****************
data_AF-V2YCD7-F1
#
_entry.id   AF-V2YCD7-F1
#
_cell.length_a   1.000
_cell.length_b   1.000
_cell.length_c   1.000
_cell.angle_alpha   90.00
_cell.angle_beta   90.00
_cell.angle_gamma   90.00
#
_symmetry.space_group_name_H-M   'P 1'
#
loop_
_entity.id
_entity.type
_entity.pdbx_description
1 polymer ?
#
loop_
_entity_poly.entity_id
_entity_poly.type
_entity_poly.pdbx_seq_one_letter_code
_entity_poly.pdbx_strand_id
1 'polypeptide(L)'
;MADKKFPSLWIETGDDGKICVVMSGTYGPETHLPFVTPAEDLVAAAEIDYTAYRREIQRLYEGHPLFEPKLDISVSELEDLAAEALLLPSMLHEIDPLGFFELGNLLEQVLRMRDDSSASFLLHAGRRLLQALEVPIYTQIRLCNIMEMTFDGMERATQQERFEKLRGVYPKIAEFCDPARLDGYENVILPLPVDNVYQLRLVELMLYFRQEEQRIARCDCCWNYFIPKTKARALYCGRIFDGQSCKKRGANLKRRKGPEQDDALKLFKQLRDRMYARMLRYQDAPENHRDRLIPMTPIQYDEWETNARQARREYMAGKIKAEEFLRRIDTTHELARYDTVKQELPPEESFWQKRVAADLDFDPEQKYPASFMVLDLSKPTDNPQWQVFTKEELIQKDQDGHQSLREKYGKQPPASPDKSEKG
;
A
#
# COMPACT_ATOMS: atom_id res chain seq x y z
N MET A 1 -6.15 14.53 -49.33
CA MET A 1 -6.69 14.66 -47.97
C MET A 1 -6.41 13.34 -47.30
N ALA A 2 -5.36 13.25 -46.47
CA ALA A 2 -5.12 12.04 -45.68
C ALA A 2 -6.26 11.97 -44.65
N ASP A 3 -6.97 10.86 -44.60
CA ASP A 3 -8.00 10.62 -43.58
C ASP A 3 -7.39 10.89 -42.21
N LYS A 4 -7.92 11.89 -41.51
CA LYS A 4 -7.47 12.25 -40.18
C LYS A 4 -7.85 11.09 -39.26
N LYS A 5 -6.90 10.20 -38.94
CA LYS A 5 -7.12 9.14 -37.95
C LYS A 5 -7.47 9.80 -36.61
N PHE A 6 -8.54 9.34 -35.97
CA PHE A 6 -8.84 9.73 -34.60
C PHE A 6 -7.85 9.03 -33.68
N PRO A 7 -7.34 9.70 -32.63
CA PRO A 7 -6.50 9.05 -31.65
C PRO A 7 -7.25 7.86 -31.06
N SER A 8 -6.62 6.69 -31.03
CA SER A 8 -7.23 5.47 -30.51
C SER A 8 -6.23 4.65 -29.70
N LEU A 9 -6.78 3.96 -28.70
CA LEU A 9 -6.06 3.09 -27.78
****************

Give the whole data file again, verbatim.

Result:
data_AF-V2YCD7-F1
#
_entry.id   AF-V2YCD7-F1
#
_cell.length_a   1.000
_cell.length_b   1.000
_cell.length_c   1.000
_cell.angle_alpha   90.00
_cell.angle_beta   90.00
_cell.angle_gamma   90.00
#
_symmetry.space_group_name_H-M   'P 1'
#
loop_
_entity.id
_entity.type
_entity.pdbx_description
1 polymer ?
#
loop_
_entity_poly.entity_id
_entity_poly.type
_entity_poly.pdbx_seq_one_letter_code
_entity_poly.pdbx_strand_id
1 'polypeptide(L)'
;MADKKFPSLWIETGDDGKICVVMSGTYGPETHLPFVTPAEDLVAAAEIDYTAYRREIQRLYEGHPLFEPKLDISVSELEDLAAEALLLPSMLHEIDPLGFFELGNLLEQVLRMRDDSSASFLLHAGRRLLQALEVPIYTQIRLCNIMEMTFDGMERATQQERFEKLRGVYPKIAEFCDPARLDGYENVILPLPVDNVYQLRLVELMLYFRQEEQRIARCDCCWNYFIPKTKARALYCGRIFDGQSCKKRGANLKRRKGPEQDDALKLFKQLRDRMYARMLRYQDAPENHRDRLIPMTPIQYDEWETNARQARREYMAGKIKAEEFLRRIDTTHELARYDTVKQELPPEESFWQKRVAADLDFDPEQKYPASFMVLDLSKPTDNPQWQVFTKEELIQKDQDGHQSLREKYGKQPPASPDKSEKG
;
A
#
# COMPACT_ATOMS: atom_id res chain seq x y z
N MET A 1 -6.15 14.53 -49.33
CA MET A 1 -6.69 14.66 -47.97
C MET A 1 -6.41 13.34 -47.30
N ALA A 2 -5.36 13.25 -46.47
CA ALA A 2 -5.12 12.04 -45.68
C ALA A 2 -6.26 11.97 -44.65
N ASP A 3 -6.97 10.86 -44.60
CA ASP A 3 -8.00 10.62 -43.58
C ASP A 3 -7.39 10.89 -42.21
N LYS A 4 -7.92 11.89 -41.51
CA LYS A 4 -7.47 12.25 -40.18
C LYS A 4 -7.85 11.09 -39.26
N LYS A 5 -6.90 10.20 -38.94
CA LYS A 5 -7.12 9.14 -37.95
C LYS A 5 -7.47 9.80 -36.61
N PHE A 6 -8.54 9.34 -35.97
CA PHE A 6 -8.84 9.73 -34.60
C PHE A 6 -7.85 9.03 -33.68
N PRO A 7 -7.34 9.70 -32.63
CA PRO A 7 -6.50 9.05 -31.65
C PRO A 7 -7.25 7.86 -31.06
N SER A 8 -6.62 6.69 -31.03
CA SER A 8 -7.23 5.47 -30.51
C SER A 8 -6.23 4.65 -29.70
N LEU A 9 -6.78 3.96 -28.70
CA LEU A 9 -6.06 3.09 -27.78